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dc.contributor.authorAlex, Kibet Ngetich
dc.date.accessioned2013-08-13T11:59:10Z
dc.date.available2013-08-13T11:59:10Z
dc.date.issued2013-08-13
dc.identifier.urihttp://ir-library.ku.ac.ke/handle/123456789/6962
dc.descriptionTaro (Colocasia esculenta) is an important group of tropical root crops; it is produced and consumed as a staple food by about 400 million people. The average yields obtained from this crop are below the potentials of the crop – due to various constraints but majorly poor quality of plantable setts, and field diseases. In addition, existing taro breeding programmes are constrained by a narrow genetic base and lack of knowledge of the genetic diversity in the species. As a result, there is limited knowledge on additional sources of disease resistance and information on the potential agronomic value of genotypes. This study aimed to develop a simple and low cost medium for in vitro micro-propagation of taro. Furthermore, genetic diversity of Taro from Eastern Kenya was elucidated using microsatellite markers. Four simple sequence repeat primers were used which generated 19 markers out of which 7 were polymorphic. The number of polymorphic products ranged from 1 to 3 and sizes from 250 kb to 1550 kb. Percent polymorphism ranged from 33% to 42.85%. AMOVA results showed significant genetic difference within population (79 %, P< 0.001) but among population it was low (21 %, P< 0.001. For micro-propagation, three media low cost substitutes for Murashige and Skoog salts were tested. Omex foliar feed 24-24-18 + trace elements from Murphy Chemicals (E.A) Limited – a complete substitute for MS salts since it contains both macronutrients and micronutrients. The second treatment consisted of Stanes micronutrients from Osho Chemicals Limited while macronutrients came from low cost alternatives in the market that are used as fertilizers available in agrovet shops. The other treatment consisted of microfood® horticulture from Osho East Africa as source of micronutrients while macronutrients came from low cost alternatives in the market. The shoot generation was significant for low cost media 1 on Eddoe variety and low cost media 2 for Wild variety but control on all varieties of low cost media 3 there was no significance. The height was significant with control having 5.83±014 cm, low cost media1 2.7±0.10 cm, Low cost media2 3.31±0.09 cm and Low cost media3 4.6±012 cm. When the number of roots was considered then there was no significance between the treatments of Naphthalene Acetic Acid and those that Citishooter was used as rooting hormone. The plants regenerated were of the same morphology and vigour and therefore this protocol can be used to propagate taro plants similar those of conventional media. Data from the present work indicate that biotechnological interventions such as tissue culture and molecular marker assisted genetic characterisation in combination provide a unique and powerful tool to improve taro germplasm.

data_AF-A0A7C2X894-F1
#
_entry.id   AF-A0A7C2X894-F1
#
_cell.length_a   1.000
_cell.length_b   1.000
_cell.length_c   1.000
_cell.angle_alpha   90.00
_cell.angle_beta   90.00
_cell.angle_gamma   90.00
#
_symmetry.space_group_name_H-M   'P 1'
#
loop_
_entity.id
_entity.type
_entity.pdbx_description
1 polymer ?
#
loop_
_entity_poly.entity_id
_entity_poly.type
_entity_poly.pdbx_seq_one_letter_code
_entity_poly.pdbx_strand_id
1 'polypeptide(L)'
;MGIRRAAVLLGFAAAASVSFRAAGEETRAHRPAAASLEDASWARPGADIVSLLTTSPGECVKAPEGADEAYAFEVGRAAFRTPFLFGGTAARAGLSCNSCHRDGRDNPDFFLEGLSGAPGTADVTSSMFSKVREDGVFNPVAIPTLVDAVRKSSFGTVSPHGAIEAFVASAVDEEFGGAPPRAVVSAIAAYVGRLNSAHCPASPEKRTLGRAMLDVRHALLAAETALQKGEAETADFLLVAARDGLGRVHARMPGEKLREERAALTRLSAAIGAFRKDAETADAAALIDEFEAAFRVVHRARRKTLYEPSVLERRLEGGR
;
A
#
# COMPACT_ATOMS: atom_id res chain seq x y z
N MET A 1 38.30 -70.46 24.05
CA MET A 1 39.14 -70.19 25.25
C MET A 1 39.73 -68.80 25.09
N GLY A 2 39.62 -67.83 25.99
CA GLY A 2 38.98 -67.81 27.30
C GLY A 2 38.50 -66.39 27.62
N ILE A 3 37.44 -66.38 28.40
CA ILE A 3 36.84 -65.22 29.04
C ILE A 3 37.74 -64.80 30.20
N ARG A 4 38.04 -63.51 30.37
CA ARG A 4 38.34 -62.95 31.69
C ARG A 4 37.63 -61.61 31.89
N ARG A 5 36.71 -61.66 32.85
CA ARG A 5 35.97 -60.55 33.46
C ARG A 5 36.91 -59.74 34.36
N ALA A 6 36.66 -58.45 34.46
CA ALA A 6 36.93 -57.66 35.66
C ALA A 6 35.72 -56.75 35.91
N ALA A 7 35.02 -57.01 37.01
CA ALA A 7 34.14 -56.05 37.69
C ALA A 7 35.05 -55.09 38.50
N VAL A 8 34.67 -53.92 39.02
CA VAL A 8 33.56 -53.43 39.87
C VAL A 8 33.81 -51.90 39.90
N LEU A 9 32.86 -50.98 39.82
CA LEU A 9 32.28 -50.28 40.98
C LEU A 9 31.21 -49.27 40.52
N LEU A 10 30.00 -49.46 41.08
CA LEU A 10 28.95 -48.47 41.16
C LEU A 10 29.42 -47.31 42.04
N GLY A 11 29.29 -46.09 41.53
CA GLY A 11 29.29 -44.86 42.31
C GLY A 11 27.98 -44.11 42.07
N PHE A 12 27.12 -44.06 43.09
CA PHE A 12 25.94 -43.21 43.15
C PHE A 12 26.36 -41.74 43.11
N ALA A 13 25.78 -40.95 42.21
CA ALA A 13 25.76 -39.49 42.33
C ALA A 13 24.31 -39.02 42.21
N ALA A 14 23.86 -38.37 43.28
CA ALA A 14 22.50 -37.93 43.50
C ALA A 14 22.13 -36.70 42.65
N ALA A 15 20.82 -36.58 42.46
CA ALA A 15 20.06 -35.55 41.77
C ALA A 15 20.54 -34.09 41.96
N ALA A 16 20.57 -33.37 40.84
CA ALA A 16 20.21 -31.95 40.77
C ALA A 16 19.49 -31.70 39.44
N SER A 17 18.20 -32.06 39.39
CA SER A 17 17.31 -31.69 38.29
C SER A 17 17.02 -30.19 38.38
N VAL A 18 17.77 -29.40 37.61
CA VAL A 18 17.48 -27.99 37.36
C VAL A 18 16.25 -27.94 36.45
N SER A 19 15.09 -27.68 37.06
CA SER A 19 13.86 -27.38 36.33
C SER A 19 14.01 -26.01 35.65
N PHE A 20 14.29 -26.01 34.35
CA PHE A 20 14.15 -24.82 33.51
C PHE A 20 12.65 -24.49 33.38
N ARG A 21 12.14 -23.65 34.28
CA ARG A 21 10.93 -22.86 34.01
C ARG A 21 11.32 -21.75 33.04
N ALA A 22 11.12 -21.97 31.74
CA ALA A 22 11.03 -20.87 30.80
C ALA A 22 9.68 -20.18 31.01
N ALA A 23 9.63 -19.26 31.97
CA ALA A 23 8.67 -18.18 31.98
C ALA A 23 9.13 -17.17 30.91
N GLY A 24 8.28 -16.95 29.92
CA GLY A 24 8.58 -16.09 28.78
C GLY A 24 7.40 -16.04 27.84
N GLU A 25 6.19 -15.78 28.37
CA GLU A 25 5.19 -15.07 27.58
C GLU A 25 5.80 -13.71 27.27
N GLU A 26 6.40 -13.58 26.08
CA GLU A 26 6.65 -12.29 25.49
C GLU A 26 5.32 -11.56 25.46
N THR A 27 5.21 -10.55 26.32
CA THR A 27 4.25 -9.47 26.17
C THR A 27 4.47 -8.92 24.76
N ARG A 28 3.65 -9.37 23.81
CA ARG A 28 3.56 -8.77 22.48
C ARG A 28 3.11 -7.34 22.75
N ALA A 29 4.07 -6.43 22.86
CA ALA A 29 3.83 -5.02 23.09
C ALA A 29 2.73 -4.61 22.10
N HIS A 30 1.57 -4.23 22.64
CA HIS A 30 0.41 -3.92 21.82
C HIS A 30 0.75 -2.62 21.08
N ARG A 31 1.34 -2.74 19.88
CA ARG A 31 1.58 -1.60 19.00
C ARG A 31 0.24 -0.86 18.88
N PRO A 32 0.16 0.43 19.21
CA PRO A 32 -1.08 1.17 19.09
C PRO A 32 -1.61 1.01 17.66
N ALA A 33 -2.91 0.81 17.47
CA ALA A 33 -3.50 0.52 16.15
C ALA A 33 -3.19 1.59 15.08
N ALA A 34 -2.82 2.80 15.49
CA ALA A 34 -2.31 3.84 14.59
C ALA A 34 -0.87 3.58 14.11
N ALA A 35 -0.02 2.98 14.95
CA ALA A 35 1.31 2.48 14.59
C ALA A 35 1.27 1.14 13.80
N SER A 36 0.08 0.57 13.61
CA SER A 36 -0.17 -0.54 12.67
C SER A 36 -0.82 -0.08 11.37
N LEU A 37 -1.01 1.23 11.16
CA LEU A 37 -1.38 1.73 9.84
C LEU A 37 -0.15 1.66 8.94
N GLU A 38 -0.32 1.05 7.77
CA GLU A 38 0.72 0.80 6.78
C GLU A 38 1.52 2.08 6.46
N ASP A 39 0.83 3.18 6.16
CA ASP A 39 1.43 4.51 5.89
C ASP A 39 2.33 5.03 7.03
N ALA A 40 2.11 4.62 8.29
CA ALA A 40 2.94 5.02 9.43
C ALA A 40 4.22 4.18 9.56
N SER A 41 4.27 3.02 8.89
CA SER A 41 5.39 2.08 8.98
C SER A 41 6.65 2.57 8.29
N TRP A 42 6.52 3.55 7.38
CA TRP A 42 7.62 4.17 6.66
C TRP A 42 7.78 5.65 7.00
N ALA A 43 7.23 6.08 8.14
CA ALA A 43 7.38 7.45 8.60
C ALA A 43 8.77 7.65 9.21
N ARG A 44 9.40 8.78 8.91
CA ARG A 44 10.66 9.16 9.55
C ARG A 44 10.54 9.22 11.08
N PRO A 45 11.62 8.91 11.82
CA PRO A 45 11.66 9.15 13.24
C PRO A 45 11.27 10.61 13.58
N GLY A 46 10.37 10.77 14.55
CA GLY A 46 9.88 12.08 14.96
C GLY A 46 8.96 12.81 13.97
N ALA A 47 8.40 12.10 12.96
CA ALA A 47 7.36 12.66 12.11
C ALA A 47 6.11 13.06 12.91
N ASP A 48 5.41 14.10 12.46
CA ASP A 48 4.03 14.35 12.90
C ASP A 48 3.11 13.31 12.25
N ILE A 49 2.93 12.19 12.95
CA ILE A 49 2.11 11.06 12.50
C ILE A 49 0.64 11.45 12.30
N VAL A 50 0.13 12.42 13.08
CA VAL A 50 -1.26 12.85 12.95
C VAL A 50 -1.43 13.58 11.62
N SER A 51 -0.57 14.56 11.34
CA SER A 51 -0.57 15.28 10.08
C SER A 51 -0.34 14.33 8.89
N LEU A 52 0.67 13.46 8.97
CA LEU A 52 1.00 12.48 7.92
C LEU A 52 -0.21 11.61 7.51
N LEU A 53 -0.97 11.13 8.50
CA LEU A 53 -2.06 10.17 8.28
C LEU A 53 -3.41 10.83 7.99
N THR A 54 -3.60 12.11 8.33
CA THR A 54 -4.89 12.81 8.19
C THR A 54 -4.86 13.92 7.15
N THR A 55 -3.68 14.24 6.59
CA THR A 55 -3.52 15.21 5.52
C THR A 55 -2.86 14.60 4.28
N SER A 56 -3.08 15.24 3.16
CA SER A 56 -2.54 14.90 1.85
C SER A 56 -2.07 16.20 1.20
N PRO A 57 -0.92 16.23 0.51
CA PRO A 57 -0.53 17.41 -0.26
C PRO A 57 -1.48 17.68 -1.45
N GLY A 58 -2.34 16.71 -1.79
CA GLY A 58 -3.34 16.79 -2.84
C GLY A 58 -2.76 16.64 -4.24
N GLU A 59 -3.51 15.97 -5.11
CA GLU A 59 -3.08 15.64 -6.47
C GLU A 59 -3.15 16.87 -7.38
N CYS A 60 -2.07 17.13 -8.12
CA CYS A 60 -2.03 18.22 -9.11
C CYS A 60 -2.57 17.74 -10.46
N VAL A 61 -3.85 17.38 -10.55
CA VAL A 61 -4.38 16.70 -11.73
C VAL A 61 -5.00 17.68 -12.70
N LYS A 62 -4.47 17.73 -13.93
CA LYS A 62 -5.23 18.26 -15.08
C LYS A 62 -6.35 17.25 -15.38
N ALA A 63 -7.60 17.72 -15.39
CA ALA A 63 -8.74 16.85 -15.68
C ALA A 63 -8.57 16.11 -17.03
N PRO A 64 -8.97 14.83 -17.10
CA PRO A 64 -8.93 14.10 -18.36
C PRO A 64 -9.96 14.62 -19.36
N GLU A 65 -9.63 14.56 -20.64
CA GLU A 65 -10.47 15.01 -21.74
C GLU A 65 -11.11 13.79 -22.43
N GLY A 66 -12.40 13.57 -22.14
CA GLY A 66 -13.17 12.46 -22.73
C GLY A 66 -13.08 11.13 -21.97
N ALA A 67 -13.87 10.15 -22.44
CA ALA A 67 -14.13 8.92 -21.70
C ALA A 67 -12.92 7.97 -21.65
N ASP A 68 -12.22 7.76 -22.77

dc.description
dc.description.sponsorshipKenyatta Universityen_US
dc.language.isoenen_US
dc.titleLow cost micro-propagation of characterised varieties of taro (colocasia esculenta ) from eastern Kenyaen_US
dc.typeThesisen_US


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